Lawmakers are set to hand out $500 million in teacher pay raises.
The House and Senate Appropriations chairs hammered out their differences on that issue Saturday. The House accepted the Senate’s offer, which also includes $42 million in school hardening grants and more money for school readiness.
Senate budget chief Rob Bradley says of the $500 million for teacher pay raises, $400 million is expected to go to lifting starting teacher pay to as close to $47,500 as school districts can manage. Not every school district will be able to meet that minimum base pay and some will be able to get closer than others. The other $100 million is to go to veteran teachers.
It’s slightly unclear if the $100 million can be used for veteran teachers if the school district doesn’t meet the salary requirements as detailed in the bill (HB 641). The education budget will also include $340 million in flexible spending for school districts.
The budget would give about $13.7 billion to the Florida Education Finance Program, the main source of education funding. Each school district would get money based proportionately on their share of the FEFP. School districts would also give their charter schools a proportionate share of their funding.
Gov. Ron DeSantis had asked for $602 million to increase starting teacher pay for about 100,000 instructors across the state. Bradley says this was a negotiation. The Legislature also repealed the Best and Brightest bonus program and did not replace it.
“We landed in a place where everybody won on teacher salaries,” he said. “This is the year of the teacher. We delivered. The governor promised it. The promise was kept.”
The base student allocation would go up by an additional $40, which Bradley says it more than enough to cover the increase lawmakers are requiring state employees to pitch into the state retirement system. That bill (HB 5007) is on DeSantis’ desk.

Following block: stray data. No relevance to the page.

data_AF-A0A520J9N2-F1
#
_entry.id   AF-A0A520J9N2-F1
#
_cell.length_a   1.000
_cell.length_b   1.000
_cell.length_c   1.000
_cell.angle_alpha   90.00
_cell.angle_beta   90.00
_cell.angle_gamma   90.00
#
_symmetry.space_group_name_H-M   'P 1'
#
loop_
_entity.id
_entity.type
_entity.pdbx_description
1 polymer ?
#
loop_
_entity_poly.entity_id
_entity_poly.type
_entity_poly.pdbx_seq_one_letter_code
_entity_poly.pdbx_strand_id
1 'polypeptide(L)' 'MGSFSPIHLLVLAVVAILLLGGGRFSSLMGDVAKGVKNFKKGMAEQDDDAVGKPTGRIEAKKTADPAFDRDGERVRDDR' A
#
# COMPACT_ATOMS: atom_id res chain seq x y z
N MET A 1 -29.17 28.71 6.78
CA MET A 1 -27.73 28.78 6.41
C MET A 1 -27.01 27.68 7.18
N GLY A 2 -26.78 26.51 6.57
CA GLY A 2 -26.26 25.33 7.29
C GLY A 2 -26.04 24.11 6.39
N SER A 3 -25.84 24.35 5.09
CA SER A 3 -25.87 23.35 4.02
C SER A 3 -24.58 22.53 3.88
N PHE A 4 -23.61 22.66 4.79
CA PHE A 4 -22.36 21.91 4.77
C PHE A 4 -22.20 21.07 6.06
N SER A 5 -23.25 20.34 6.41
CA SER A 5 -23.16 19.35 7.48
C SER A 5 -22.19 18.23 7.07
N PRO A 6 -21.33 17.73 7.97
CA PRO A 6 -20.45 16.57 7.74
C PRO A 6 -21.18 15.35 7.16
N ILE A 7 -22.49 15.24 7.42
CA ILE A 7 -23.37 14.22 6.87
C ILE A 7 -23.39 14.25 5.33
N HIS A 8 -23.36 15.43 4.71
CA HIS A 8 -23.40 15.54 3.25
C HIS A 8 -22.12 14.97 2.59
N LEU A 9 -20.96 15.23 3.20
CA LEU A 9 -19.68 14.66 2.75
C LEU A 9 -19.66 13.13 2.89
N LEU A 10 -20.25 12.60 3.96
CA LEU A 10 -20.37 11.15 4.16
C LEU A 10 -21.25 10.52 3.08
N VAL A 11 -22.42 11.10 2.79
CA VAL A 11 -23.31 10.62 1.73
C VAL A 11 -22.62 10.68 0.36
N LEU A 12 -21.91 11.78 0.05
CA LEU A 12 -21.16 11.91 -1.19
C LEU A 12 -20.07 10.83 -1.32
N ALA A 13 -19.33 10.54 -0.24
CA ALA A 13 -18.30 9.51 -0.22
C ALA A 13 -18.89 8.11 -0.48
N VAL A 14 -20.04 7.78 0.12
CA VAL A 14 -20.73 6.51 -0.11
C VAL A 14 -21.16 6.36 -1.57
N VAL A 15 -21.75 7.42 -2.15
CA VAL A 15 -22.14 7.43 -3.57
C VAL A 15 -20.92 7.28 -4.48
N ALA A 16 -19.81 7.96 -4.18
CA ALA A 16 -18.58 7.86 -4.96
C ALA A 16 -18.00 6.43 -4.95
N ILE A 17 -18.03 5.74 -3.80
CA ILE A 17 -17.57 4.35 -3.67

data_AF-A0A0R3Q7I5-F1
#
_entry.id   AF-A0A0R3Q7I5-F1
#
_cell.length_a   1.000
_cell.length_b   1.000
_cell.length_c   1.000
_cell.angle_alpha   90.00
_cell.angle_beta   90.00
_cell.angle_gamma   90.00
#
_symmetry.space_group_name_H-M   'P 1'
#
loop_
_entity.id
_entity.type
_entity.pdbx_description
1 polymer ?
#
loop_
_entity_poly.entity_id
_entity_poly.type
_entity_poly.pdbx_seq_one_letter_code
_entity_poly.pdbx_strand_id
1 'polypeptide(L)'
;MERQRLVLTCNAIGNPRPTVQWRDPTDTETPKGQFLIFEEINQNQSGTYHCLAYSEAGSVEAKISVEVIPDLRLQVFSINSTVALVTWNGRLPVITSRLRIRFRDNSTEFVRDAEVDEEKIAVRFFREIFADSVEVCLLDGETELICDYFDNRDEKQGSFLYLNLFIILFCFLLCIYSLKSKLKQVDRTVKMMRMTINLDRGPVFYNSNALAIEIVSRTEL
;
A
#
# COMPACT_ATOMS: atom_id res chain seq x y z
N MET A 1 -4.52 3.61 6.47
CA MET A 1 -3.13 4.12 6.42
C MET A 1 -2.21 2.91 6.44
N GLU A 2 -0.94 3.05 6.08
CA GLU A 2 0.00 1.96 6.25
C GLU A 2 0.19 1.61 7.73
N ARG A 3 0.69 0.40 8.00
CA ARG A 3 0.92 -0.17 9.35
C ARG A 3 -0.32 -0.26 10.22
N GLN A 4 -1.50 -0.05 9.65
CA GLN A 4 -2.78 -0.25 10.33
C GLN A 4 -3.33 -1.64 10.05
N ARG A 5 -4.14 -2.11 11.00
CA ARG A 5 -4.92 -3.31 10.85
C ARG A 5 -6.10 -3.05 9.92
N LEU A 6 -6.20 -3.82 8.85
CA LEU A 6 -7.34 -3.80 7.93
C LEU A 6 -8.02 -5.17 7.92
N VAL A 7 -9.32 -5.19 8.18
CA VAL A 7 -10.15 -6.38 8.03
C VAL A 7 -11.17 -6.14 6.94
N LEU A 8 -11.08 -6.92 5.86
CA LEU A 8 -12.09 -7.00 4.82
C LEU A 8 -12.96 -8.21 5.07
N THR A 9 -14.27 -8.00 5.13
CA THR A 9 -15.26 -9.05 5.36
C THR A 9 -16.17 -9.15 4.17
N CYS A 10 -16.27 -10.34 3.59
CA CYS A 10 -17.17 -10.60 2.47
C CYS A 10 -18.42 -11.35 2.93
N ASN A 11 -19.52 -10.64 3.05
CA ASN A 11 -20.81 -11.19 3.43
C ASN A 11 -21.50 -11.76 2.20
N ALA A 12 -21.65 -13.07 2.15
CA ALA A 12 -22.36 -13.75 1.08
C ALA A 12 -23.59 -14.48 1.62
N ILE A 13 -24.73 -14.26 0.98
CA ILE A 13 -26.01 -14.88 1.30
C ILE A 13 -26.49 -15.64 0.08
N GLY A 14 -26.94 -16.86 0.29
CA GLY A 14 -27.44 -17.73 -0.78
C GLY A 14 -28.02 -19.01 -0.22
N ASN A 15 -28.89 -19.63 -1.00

The Florida Education Association says under the proposed budget, almost all teachers and instructional staff in the state should see pay increases next year. It points to what it says is a positive move by including certified pre-K teachers, who were ignored in previous pay-enhancement plans. And FEA President Fedrick Ingram says lawmakers have signaled that they will take a multi-year approach to increasing salaries.
“We look forward to building upon this salary plan next year with a keen focus on our veteran teachers and our education staff professionals,” he said.
House Appropriations Chairman Travis Cummings says the $42 million they’re allocating for school hardening is significant.
“We really go by what we’re hearing from the respective schools and areas of the state and we definitely felt that was adequate,” he said.
Lawmakers also plan to spend $60 million to expand access to the Voluntary Pre-Kindergarten Program for families currently on its wait list. The proposal also includes $8 million classroom technology, which had been zeroed out in previous budget offers.
The appropriations chairs didn’t immediately have the final top line total budget number, but it’s expected to be around $92 billion. A final vote could come Wednesday or Thursday.